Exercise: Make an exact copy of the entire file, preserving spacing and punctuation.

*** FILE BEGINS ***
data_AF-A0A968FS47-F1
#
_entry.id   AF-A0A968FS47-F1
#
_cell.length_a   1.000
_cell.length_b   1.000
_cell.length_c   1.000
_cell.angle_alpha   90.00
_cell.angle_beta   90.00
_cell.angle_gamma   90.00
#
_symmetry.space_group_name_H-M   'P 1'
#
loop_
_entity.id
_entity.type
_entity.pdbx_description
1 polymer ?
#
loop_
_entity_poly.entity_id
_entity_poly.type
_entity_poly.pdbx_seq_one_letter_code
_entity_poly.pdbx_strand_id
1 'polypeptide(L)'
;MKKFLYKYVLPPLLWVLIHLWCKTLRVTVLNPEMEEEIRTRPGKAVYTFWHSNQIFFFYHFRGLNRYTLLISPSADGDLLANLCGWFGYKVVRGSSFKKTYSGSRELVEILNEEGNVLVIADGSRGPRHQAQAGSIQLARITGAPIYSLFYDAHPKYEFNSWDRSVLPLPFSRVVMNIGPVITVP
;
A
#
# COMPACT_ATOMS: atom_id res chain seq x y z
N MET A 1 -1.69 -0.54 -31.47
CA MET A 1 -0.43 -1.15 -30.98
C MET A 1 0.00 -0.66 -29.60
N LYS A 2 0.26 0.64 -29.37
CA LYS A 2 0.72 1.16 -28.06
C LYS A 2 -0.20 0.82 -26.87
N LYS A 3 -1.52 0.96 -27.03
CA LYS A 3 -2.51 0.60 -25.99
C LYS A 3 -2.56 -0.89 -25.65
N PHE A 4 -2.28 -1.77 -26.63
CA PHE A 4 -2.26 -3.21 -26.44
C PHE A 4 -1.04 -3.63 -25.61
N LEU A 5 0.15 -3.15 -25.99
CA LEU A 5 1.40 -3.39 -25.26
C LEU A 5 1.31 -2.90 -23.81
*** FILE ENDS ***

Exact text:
data_AF-A0A968FS47-F1
#
_entry.id   AF-A0A968FS47-F1
#
_cell.length_a   1.000
_cell.length_b   1.000
_cell.length_c   1.000
_cell.angle_alpha   90.00
_cell.angle_beta   90.00
_cell.angle_gamma   90.00
#
_symmetry.space_group_name_H-M   'P 1'
#
loop_
_entity.id
_entity.type
_entity.pdbx_description
1 polymer ?
#
loop_
_entity_poly.entity_id
_entity_poly.type
_entity_poly.pdbx_seq_one_letter_code
_entity_poly.pdbx_strand_id
1 'polypeptide(L)'
;MKKFLYKYVLPPLLWVLIHLWCKTLRVTVLNPEMEEEIRTRPGKAVYTFWHSNQIFFFYHFRGLNRYTLLISPSADGDLLANLCGWFGYKVVRGSSFKKTYSGSRELVEILNEEGNVLVIADGSRGPRHQAQAGSIQLARITGAPIYSLFYDAHPKYEFNSWDRSVLPLPFSRVVMNIGPVITVP
;
A
#
# COMPACT_ATOMS: atom_id res chain seq x y z
N MET A 1 -1.69 -0.54 -31.47
CA MET A 1 -0.43 -1.15 -30.98
C MET A 1 0.00 -0.66 -29.60
N LYS A 2 0.26 0.64 -29.37
CA LYS A 2 0.72 1.16 -28.06
C LYS A 2 -0.20 0.82 -26.87
N LYS A 3 -1.52 0.96 -27.03
CA LYS A 3 -2.51 0.60 -25.99
C LYS A 3 -2.56 -0.89 -25.65
N PHE A 4 -2.28 -1.77 -26.63
CA PHE A 4 -2.26 -3.21 -26.44
C PHE A 4 -1.04 -3.63 -25.61
N LEU A 5 0.15 -3.15 -25.99
CA LEU A 5 1.40 -3.39 -25.26
C LEU A 5 1.31 -2.90 -23.81